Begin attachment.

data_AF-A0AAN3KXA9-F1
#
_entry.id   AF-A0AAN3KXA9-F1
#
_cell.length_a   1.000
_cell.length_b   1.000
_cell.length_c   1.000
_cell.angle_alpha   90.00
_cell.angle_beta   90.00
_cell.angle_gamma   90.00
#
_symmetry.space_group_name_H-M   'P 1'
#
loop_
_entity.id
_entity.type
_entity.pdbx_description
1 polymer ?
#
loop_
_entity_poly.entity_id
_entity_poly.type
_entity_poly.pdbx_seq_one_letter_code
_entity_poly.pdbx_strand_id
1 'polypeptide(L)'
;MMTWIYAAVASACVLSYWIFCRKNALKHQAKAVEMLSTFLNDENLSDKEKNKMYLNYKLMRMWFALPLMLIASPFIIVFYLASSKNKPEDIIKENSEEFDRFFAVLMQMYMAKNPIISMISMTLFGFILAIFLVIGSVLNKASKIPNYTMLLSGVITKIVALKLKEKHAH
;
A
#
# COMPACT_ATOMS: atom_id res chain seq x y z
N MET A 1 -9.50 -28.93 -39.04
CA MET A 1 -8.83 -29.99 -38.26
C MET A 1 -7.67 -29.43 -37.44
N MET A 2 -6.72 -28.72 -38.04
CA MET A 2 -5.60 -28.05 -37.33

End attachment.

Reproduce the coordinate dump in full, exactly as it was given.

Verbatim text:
data_AF-A0AAN3KXA9-F1
#
_entry.id   AF-A0AAN3KXA9-F1
#
_cell.length_a   1.000
_cell.length_b   1.000
_cell.length_c   1.000
_cell.angle_alpha   90.00
_cell.angle_beta   90.00
_cell.angle_gamma   90.00
#
_symmetry.space_group_name_H-M   'P 1'
#
loop_
_entity.id
_entity.type
_entity.pdbx_description
1 polymer ?
#
loop_
_entity_poly.entity_id
_entity_poly.type
_entity_poly.pdbx_seq_one_letter_code
_entity_poly.pdbx_strand_id
1 'polypeptide(L)'
;MMTWIYAAVASACVLSYWIFCRKNALKHQAKAVEMLSTFLNDENLSDKEKNKMYLNYKLMRMWFALPLMLIASPFIIVFYLASSKNKPEDIIKENSEEFDRFFAVLMQMYMAKNPIISMISMTLFGFILAIFLVIGSVLNKASKIPNYTMLLSGVITKIVALKLKEKHAH
;
A
#
# COMPACT_ATOMS: atom_id res chain seq x y z
N MET A 1 -9.50 -28.93 -39.04
CA MET A 1 -8.83 -29.99 -38.26
C MET A 1 -7.67 -29.43 -37.44
N MET A 2 -6.72 -28.72 -38.04
CA MET A 2 -5.60 -28.05 -37.33